It is 7:30 a.m. on Monday when my front door swings open and I am submerged into another foggy morning. I wrestle my bike out the door and off the porch. Too early to be awake and too cold to be on a bike, I quickly compromise my way through downtown as I look for the nearest bus stop. But, when I reach the Regional Transit Center, five minutes early, I see three other cyclists territorially waiting to get one of the two spots on the bus’s bike rack. I realize I am not up for the competition and decide to trek it the rest of the way to school.
By Grand Avenue I reach an uncomfortable level of perspiration and lose all feeling in my freezing fingers when a picture pops into my mind. I recall the number of signs sporadically placed throughout campus last year stating, “Take the bus, carpool or ride your bike.”
These signs were part of a public relations promotion to motivate Cal Poly students to consider alternative transportation to school. Personally, the drastic rise in issued parking passes was enough for me to stop driving to campus. I’m a college student; I have the ability to brainstorm alternative methods of transportation. Therefore, the signs were more of an eye soar than a learning tool.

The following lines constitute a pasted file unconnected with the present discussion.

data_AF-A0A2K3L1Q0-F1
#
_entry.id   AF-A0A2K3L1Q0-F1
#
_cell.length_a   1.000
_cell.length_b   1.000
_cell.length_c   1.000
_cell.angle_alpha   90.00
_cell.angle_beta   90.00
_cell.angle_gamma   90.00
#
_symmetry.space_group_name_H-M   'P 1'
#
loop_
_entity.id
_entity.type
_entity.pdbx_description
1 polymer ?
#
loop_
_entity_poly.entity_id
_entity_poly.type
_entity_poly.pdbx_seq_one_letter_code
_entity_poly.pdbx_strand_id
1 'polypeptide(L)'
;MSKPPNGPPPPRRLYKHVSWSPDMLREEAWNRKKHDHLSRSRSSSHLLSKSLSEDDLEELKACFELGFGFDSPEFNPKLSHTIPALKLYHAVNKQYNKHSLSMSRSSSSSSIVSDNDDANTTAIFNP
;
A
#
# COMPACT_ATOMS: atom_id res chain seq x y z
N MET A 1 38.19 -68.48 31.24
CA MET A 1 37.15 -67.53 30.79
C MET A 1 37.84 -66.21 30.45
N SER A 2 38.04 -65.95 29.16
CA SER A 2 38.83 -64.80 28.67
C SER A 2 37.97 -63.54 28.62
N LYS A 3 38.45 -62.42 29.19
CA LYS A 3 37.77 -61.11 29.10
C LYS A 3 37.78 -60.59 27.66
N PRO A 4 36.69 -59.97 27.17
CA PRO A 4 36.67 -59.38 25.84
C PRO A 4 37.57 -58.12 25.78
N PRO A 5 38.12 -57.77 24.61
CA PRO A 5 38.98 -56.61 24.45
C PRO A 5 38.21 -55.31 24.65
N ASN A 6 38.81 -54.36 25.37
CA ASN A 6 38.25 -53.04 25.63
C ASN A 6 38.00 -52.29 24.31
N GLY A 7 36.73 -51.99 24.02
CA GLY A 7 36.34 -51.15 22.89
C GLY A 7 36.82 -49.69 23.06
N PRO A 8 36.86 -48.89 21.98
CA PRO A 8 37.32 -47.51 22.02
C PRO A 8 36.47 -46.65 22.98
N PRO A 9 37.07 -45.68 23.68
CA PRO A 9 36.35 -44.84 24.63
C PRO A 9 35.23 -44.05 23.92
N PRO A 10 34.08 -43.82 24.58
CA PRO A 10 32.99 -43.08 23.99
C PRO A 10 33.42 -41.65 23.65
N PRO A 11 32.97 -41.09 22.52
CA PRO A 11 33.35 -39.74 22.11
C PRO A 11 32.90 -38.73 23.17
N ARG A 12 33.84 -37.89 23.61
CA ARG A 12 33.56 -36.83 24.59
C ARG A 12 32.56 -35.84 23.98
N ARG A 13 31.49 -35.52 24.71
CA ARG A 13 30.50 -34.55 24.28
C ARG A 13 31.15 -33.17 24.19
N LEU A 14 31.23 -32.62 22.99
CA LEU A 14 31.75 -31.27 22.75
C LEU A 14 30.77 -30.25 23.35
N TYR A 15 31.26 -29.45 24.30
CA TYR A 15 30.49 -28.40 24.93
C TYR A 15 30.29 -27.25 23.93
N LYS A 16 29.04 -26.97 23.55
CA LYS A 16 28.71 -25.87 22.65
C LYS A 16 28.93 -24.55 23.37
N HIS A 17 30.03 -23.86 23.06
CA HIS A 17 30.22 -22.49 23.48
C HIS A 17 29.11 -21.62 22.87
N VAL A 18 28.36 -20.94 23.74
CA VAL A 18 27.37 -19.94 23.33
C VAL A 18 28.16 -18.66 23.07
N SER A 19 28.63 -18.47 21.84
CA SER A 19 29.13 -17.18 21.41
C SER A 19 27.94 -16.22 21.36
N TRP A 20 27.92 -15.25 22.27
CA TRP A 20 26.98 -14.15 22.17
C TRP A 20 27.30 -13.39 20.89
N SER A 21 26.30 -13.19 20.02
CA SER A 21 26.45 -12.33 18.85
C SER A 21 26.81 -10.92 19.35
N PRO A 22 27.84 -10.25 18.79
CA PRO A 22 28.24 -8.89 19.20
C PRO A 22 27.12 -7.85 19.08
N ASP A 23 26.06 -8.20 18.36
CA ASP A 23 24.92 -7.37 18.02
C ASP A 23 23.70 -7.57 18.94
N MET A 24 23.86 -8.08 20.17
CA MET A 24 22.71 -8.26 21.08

Finding a parking spot on campus is often impossible, but lately it is just as difficult to find a place to park your bike too. Congested bike racks, overflowing buses and only two racks on the front of each bus have become a problem. Cal Poly put a lot of money and effort into convincing us not to drive, but evidently, no one expected us to listen.
Every morning students are forced to snuggle up with their neighbor on the overflowing 8 a.m. bus. Often, people are left behind at the stop because the bus is well beyond max capacity. Ideally, while advertising alternative transportation methods, the university should have foreseen these situations and discussed a solution with the regional transit system, such as adding an additional morning bus to the busy routes.
Getting to school safely on a bike can be a challenge, but finding an empty bike rack is worse. Once again, this is something Cal Poly should have taken more into consideration. Bike racks from www.dero.com or www.bikeracks.com range from $200 to $2000 depending on size, color and artistic designs. The prices seem reasonable, but if the purchase of extra racks is too expensive for our budget, why not use our “Learn by doing” motto and pay Cal Poly students to design and construct additional bike racks. Students then have the opportunity to get creative and display their work on campus.
Traffic seems to be a problem on campus every year, and now with California Boulevard closed it only seems worse. Students got the hint last year with increased parking prices and congested lots. Now it is time for the university to step up and create a more convenient environment for those of us who choose alternative transportation.
Brittany Ridley is a Mustang Daily staff writer and music senior